- Drinking water – 2 liter bottles are FDA approved for consumable items so you can use them to store water. This is especially nice when you drink the ice cold water that has melted from use number 1.
- SODIS –This is a method of…
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Following our discussion on air, here are some interesting videos that show the reality of being submerged in a vehicle, how it sinks and some very valuable advice on how to get out.
This useful video also shows the correct drill established by actual practice and even demonstrates the ResQMe tool in action. It’s interesting to note how quickly you have to act especially as this is a scenario likely to have taken you by surprise. Well worth rehearsing on dry land.
This is also worth watching if only to see how much more effective it is to get out of the car as soon as you can via the windows. http://youtu.be/rdqrduxK9To
and this: http://youtu.be/2YaMEW30bv4
Now this is all very well being lowered gently into water in a controlled fashion but what if you go off a bridge or anything other than a nice gentle ramp? http://youtu.be/q3_HEKMgqbE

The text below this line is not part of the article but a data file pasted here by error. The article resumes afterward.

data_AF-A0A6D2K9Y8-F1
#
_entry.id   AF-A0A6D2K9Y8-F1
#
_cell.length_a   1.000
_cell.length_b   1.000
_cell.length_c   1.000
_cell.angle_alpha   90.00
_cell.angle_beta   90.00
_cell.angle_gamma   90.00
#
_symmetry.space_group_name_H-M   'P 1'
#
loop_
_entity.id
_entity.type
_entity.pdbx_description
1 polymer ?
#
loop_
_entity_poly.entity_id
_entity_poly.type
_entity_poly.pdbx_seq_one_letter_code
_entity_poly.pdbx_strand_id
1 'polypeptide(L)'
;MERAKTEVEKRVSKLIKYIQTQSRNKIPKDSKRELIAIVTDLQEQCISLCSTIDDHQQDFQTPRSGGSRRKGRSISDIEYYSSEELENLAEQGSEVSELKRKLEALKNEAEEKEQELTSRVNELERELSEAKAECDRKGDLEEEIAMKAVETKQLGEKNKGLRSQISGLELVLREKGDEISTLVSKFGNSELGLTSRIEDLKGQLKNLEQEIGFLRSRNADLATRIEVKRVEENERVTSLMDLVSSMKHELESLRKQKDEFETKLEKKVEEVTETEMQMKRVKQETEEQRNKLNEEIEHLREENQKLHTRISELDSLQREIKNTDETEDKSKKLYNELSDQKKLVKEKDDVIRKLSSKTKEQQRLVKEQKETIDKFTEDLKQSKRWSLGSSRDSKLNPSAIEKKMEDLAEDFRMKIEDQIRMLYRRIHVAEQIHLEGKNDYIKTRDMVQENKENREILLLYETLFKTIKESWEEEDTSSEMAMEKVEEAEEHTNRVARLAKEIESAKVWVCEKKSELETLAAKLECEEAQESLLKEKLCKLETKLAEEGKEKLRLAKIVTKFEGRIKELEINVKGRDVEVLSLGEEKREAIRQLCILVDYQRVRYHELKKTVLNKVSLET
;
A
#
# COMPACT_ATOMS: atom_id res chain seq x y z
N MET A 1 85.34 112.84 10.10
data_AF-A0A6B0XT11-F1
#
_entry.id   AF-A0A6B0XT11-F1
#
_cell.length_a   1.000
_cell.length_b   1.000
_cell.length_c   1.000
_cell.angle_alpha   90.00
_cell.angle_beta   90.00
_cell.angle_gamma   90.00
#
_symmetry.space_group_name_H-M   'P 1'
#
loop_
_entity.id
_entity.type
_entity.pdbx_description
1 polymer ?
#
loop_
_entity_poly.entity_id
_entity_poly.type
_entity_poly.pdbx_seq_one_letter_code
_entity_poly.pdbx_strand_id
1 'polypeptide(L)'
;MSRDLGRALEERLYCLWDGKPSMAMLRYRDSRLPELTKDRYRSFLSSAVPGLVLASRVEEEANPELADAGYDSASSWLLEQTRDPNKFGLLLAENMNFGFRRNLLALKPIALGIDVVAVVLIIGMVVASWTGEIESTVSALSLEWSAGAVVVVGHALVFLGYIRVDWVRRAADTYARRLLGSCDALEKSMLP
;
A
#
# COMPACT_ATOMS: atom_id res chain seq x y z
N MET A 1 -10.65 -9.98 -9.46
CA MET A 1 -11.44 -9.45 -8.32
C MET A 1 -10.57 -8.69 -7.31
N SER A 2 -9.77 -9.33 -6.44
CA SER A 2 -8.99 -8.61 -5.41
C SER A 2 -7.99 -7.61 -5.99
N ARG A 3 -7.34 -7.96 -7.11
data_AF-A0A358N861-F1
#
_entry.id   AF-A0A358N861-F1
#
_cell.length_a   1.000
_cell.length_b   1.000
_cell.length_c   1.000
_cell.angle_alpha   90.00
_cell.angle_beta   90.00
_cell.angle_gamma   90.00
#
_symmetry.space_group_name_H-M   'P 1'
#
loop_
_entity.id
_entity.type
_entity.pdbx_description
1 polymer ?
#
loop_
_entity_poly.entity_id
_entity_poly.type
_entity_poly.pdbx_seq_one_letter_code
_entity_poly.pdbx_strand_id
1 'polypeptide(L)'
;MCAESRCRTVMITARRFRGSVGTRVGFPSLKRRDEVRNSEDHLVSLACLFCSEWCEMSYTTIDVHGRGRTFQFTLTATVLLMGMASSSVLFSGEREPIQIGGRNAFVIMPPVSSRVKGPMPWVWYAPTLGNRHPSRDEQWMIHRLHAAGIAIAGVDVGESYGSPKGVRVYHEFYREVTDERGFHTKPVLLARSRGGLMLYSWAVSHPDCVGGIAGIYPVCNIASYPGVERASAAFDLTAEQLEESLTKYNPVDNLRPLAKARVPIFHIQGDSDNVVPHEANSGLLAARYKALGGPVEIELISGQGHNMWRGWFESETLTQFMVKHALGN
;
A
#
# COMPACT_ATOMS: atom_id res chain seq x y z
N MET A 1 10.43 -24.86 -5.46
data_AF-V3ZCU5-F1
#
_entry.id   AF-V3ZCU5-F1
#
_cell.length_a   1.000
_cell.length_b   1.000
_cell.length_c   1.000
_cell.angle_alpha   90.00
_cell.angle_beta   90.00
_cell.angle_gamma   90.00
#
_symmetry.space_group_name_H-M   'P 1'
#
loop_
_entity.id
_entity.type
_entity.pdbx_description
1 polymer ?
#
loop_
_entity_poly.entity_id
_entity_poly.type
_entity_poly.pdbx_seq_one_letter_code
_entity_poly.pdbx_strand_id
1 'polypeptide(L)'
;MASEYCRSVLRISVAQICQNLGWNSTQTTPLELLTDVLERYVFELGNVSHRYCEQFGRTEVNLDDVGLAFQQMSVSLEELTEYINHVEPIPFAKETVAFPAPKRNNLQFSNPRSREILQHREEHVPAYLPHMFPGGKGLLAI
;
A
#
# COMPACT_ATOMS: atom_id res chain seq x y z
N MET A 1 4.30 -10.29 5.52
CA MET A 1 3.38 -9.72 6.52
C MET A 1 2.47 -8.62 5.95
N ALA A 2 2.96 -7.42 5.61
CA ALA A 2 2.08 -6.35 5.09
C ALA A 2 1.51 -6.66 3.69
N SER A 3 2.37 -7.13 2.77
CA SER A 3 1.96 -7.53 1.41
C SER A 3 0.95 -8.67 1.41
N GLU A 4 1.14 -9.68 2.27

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I was browsing the internet this morning and I came across an article on instructables.com. I found it it be a nice setup, So I thought I would share it with you all.
"A bug-out bag is a portable kit that normally contains the items one would require to survive for seventy-two hours, when evacuating from a disaster, however some kits are designed to last longer periods of time than just 72 hours. The focus is on evacuation, rather than long-term survival, distinguishing the bug-out bag from a survival kit, a boating or aviation emergency kit, or a fixed-site disaster supplies kit. The kits are also popular in the survivalism subculture.